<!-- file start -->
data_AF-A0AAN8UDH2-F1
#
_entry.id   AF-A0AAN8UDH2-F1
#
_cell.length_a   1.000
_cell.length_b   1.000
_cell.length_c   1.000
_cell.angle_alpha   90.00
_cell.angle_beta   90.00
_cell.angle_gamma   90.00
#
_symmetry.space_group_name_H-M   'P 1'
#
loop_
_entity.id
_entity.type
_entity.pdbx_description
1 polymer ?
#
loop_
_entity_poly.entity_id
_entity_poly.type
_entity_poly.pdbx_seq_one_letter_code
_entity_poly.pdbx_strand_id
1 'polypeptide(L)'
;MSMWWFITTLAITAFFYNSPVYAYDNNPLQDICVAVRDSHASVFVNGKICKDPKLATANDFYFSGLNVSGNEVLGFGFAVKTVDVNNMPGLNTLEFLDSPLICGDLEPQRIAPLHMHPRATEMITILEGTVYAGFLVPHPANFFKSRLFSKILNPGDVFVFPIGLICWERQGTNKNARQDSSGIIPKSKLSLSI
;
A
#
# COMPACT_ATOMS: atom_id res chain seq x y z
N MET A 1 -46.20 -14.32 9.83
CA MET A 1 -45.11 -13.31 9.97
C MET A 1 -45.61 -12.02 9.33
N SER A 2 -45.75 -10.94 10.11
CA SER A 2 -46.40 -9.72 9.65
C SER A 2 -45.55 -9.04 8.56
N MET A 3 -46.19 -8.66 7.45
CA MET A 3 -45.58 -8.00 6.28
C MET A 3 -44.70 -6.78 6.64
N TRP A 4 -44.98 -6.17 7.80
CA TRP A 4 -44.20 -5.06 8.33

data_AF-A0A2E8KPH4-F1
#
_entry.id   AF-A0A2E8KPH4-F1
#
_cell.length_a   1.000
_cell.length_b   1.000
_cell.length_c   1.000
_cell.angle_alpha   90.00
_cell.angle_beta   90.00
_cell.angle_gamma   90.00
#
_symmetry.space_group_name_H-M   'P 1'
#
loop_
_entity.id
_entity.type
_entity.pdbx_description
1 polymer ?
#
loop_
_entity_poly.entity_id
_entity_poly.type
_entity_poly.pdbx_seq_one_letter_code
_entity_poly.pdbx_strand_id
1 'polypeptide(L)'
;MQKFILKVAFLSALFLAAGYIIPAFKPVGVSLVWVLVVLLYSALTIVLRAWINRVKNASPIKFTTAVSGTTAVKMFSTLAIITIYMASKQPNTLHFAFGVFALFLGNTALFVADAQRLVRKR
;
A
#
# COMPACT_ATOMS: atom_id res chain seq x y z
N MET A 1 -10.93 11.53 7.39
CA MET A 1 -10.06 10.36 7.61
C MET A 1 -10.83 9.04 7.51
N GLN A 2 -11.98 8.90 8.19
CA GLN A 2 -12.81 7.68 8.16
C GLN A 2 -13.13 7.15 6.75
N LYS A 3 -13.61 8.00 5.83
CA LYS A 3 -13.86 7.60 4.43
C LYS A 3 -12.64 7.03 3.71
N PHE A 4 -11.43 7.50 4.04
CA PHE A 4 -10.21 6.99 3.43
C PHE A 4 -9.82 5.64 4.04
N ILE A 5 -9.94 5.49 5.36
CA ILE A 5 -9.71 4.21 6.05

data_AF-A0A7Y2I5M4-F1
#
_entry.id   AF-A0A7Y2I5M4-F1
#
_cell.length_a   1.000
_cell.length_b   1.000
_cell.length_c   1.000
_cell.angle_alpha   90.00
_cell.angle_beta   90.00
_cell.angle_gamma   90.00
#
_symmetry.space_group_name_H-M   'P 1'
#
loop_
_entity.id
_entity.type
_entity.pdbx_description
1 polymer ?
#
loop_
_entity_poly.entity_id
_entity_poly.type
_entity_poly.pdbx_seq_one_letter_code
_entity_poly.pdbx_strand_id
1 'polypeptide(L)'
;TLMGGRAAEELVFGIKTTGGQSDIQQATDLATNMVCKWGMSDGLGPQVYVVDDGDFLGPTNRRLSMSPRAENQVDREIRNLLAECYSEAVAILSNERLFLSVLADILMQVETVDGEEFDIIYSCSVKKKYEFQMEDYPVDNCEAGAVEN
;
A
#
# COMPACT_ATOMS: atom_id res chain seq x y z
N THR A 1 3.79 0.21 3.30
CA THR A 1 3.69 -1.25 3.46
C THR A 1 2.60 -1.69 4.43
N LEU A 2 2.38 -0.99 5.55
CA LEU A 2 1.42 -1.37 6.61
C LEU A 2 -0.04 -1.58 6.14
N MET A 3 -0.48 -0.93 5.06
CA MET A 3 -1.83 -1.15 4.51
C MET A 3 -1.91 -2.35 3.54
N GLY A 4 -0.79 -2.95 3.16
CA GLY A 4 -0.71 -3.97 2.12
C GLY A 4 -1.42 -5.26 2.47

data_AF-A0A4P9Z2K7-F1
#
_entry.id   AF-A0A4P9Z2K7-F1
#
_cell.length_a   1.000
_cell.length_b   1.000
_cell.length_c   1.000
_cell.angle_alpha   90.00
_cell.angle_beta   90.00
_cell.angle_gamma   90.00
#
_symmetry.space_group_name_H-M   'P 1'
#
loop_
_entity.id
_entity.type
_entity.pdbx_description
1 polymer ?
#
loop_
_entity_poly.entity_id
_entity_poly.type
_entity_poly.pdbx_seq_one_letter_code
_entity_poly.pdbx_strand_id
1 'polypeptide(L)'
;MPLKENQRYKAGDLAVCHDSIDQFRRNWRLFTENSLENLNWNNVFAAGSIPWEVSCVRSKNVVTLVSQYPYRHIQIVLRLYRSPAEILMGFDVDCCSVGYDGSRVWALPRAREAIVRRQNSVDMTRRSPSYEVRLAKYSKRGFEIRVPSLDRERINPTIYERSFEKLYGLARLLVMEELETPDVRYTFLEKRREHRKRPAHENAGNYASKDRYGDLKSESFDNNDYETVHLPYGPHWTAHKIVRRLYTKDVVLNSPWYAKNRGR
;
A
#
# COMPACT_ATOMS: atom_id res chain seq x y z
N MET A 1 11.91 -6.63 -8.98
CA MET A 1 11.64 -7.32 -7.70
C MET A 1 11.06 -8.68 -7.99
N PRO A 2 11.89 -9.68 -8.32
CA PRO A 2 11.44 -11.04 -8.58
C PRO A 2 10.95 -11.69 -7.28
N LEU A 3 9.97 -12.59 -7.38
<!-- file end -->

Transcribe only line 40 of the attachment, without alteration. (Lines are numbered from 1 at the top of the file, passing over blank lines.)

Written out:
N TRP A 4 -44.98 -6.17 7.80